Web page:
The first vehicle is the Ascender suborbital (defined later) spaceplane, which is designed to be the first aeroplane capable of genuinely routine flights to space. After initial proving, it will be able to make several flights per day with just a quick check and refuelling between most flights. The cost per flight will then be little more than that of a jet fighter. Ascender uses only proven technology and could be built soon and at modest cost.

The key to this capability is that it is designed to use jet engines up to supersonic speed on the atmospheric part of the climb. Using jets to such a high speed saves fuel compared with using rockets and enables a practical single vehicle to climb briefly to space height. None of the thirty or so other suborbital spaceplane designs proposed over the years have had this feature. The three that have actually flown (the X-15 in 1961, SpaceShipOne in 2004, and the Virgin Galactic SpaceShipTwo in 2018) were launched from carrier aeroplanes, which adds cost and complexity.

Ascender is like a quarter-scale Concorde with two seats, a simplified wing shape, and fitted with two jet engines and a rocket motor. It takes off from a conventional runway and then accelerates to Mach 1.8 using its jet engines only. The rocket engine is then started and the pilot pulls it up into a steep climb to a speed of just over Mach 3. It then climbs unpowered to space height. After a few minutes in space, gravity pulls it back down into a steep dive towards the Earth. The pilot then pulls it out of the dive, re-starts the jet engines, and flies Ascender back to the airport that it took off from. This is a suborbital trajectory that provides just a few minutes in space—an orbital trajectory involves accelerating on a shallow climb to a higher speed so that the launcher can stay up like a satellite.

Ascender can be used to carry a variety of space science experiments, for high-altitude photography, for meteorological experiments, for training astronauts and spaceplane pilots, and for carrying passengers on space experience flights.

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Ascender is a stepping-stone to the Spacecab Lower Stage, which has a similar shape and configuration but is enlarged to Concorde size and able to carry 20 passengers on space experience flights in an attached module. Its trajectory is suborbital, similar to that of Ascender. When fully mature, it could be operated like an airliner and the cost per seat would then come down to about UKP 5,000.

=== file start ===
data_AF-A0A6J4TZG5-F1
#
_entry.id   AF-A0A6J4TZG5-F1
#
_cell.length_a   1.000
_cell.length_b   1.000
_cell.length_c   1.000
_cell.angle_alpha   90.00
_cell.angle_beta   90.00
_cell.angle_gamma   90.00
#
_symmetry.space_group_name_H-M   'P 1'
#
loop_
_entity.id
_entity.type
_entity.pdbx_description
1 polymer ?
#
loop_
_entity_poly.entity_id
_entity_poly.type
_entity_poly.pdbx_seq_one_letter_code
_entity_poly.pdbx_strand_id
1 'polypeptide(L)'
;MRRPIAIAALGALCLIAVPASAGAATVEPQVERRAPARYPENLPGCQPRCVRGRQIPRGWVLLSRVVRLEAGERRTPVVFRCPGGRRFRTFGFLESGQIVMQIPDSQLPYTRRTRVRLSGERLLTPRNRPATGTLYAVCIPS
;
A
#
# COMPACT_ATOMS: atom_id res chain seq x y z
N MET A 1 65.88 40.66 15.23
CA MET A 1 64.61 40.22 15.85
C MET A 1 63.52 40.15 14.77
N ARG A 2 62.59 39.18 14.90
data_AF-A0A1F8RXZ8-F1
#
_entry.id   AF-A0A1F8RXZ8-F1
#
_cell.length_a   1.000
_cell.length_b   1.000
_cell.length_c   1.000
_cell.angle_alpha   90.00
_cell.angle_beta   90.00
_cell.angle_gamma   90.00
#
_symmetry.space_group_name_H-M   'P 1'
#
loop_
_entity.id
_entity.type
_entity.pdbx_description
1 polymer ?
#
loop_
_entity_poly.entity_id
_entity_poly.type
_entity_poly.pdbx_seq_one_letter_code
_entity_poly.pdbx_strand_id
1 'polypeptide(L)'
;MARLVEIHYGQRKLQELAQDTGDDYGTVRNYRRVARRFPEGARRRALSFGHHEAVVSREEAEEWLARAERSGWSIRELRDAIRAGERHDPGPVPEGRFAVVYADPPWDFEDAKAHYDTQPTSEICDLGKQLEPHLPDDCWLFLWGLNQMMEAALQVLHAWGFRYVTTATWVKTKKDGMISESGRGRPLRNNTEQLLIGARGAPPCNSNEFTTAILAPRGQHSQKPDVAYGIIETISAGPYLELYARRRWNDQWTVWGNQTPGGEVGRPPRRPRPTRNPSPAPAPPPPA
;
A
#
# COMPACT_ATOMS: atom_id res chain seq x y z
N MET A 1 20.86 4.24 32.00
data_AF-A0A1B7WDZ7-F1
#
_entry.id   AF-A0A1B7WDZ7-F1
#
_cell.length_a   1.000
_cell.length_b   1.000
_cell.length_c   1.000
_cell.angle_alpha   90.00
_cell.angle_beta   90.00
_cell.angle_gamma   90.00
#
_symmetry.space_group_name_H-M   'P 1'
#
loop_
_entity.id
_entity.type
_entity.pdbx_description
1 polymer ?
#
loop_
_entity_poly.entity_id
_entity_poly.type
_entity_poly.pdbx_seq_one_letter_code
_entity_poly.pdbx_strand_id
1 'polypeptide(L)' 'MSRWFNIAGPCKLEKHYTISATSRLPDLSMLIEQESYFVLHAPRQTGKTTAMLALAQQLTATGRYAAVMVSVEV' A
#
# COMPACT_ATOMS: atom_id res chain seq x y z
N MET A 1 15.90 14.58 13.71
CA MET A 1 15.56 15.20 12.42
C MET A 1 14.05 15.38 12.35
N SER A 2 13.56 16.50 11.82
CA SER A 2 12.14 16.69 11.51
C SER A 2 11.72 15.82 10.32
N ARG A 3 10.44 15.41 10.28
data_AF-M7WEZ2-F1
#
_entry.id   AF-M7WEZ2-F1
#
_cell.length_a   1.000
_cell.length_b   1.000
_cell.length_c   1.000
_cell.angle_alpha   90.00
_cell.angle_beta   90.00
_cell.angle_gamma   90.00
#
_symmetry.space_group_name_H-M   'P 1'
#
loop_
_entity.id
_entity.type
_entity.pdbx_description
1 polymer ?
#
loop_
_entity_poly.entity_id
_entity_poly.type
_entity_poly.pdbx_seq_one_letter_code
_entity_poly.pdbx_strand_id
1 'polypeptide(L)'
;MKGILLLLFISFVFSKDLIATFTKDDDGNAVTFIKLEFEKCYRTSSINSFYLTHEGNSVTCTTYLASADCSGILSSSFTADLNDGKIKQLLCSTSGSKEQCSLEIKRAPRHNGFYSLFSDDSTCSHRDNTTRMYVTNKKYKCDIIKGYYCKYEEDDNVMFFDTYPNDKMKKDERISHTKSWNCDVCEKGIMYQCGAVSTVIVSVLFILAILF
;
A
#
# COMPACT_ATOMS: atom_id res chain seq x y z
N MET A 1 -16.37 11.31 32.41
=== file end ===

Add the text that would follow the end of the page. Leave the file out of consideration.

Market research indicates that about 2.5 million people per year would then take a trip to space. Satisfying this demand would require a fleet of about 80 spaceplanes each capable of four flights per day. This cost is far lower and the fleet size far higher than for any other projected use of space.

In this way, suborbital space tourism is likely to be the first use of space to require airliner-like transportation.

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Stage 2 -
Spacecab, Lower Stage

Stage 3 - Spacecab

The next vehicle on the sequence is the Spacecab two-stage orbital spaceplane, which is a Spacecab Lower Stage carrying, in place of the 20-passenger module, a reusable upper stage which separates at Mach 4 and carries on to orbit carrying a medium satellite or a crew of six or supplies to a space station.

As the only orbital launcher with the key features essential for bringing in the new space age soon (piloted, winged, two stages) currently being proposed, Spacecab would transform transport to orbit from a missile-like operation using largely throwaway launchers to an aviation-like one, resulting in greatly reduced costs and improved safety.

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The fourth and final vehicle on the sequence is Spacebus, which is like a Spacecab enlarged to carry 50 people to orbit. When fully mature, the cost of a few days in a space hotel would be a few tens of thousands of UKP, which is about one thousand times less than the cost today of sending up an astronaut and which would clearly revolutionise spaceflight.

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Stage 4 - Spacebus

Summary of BSP Innovations

That have yet to be appreciated by the competition:

  • The first suborbital spaceplane to use jet engines to supersonic speed.
  • The first two-stage orbital spaceplane with a lower stage that can be used on its own for suborbital missions.
  • The first spaceplanes designed to modified airliner airworthiness codes.
  • A certification plan, that has been discussed with the UK Civl Aviation Authority (CAA), that would enable prototypes built at low cost in an experimental workshop to be used for early revenue flights.
  • The only spaceplanes at present on offer that are based on much-studied concepts from the early days of spaceflight.
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Environmental benefits

Spaceplanes will provide wide environmental benefits. They will slash the cost of environmental science and observation from space; they will provide a boost to the hydrogen economy; they will enable the development of solar power satellites to at least the experimental stage; and, by enabling millions of people to see “Spaceship Earth” for themselves, they will lead to greatly increased environmental awareness.

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  • Bristol Spaceplanes has worked up the most competitive strategy for opening up spaceflight to large new markets ptentially worth tens of £billion.
  • The main obstacle is the power of traditional thinking. So, if you would like an affordable trip tp space soon, take an interest and start asking questions